By Jake Cardinal, Local Journalism Initiative Reporter
(ANNews) – Last week, the remains of 215 First Nation children were found buried in a mass grave outside of a Residential School in Kamloops, B.C.
In response to the tragic discovery, many have made calls across Canada to investigate all former residential schools in the country.
The UN even told the Federal Government and the Catholic Church to release all documents and information related to the Residential School system amid the findings.
There are also many calling to rename all memorial namesakes for some of the “Fathers of Confederation” of Canada — as the boot-lickers like to call them. This is because many prominent historical Canadian figures were racist, ruthless, cruel, brutal, inhumane, and evil towards the Indigenous populations of Canada.
For example, the first prime minister of Canada sought to assimilate all First Nations by introducing the Residential School system. “When the school is on the reserve, the child lives with its parents, who are savages, and though he may learn to read and write, his habits and training mode of thought are Indian. He is simply a savage who can read and write,” said John A. Macdonald, the old white man on our $10 bill.
“It has been strongly impressed upon myself, as head of the Department, that Indian children should be withdrawn as much as possible from the parental influence, and the only way to do that would be to put them in central training industrial schools where they will acquire the habits and modes of thought of white men,” Macdonald said in 1879.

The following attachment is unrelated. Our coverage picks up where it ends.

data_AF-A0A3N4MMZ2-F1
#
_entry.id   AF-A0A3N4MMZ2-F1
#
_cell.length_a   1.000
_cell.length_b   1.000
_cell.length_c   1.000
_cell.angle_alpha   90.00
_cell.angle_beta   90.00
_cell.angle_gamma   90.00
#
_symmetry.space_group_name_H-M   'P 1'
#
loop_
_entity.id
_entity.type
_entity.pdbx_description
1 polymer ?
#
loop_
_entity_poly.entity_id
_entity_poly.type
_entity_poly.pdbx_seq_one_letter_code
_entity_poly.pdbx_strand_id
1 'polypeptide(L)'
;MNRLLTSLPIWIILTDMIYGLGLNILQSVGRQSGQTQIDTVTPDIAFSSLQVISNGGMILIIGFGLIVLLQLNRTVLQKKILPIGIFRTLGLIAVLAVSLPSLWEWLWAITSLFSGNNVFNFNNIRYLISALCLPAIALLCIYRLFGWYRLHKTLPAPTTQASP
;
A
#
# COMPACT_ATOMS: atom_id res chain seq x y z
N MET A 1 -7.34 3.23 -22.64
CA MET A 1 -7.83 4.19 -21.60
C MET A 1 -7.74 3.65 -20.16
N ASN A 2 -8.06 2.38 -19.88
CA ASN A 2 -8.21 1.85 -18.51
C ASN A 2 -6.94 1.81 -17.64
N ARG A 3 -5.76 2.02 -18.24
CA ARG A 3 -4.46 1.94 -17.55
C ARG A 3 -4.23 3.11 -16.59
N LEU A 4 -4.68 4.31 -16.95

Schools and public memorials are being renamed in Alberta, Manitoba, Ottawa, and so on. For example, many at the Ryerson University in Toronto are calling for the school’s name to be changed because of Egerton Ryerson’s connection to the creation of the Residential School system.
In Alberta specifically, Mayor of Edmonton Don Iveson called for the renaming of a Transit Centre in the city as it is named after the Bishop Vital-Justin Grandin — an early supporter of the residential school system.
A motion will be put forward directing the city to remove references to the Bishop Grandin from civic signs and the station, said Mayor Iveson.
The motion will also include directions to:
– Cover the original mural of Grandin at the LRT station with orange
– Consult with the Grandin working circle for next steps
– Request the naming committee work with the circle to create recommendations for a new name or names for the station and district that contribute to reconciliation
“I’m hopeful this action will provide immediate relief as well as offer a clear timeline for when these next steps will unfold,” he said in the statement.
While calls for the removal of references to the Bishop Grandin have been happening for some time, Iveson said that “I think what has changed is hearts and minds and that has been made possible because this is so stark and unambiguous.”
Iveson said that he is committed to working with the people of Edmonton to discuss the removal of historical place names that are dedicated to those who “no longer reflect our diverse and inclusive community values.”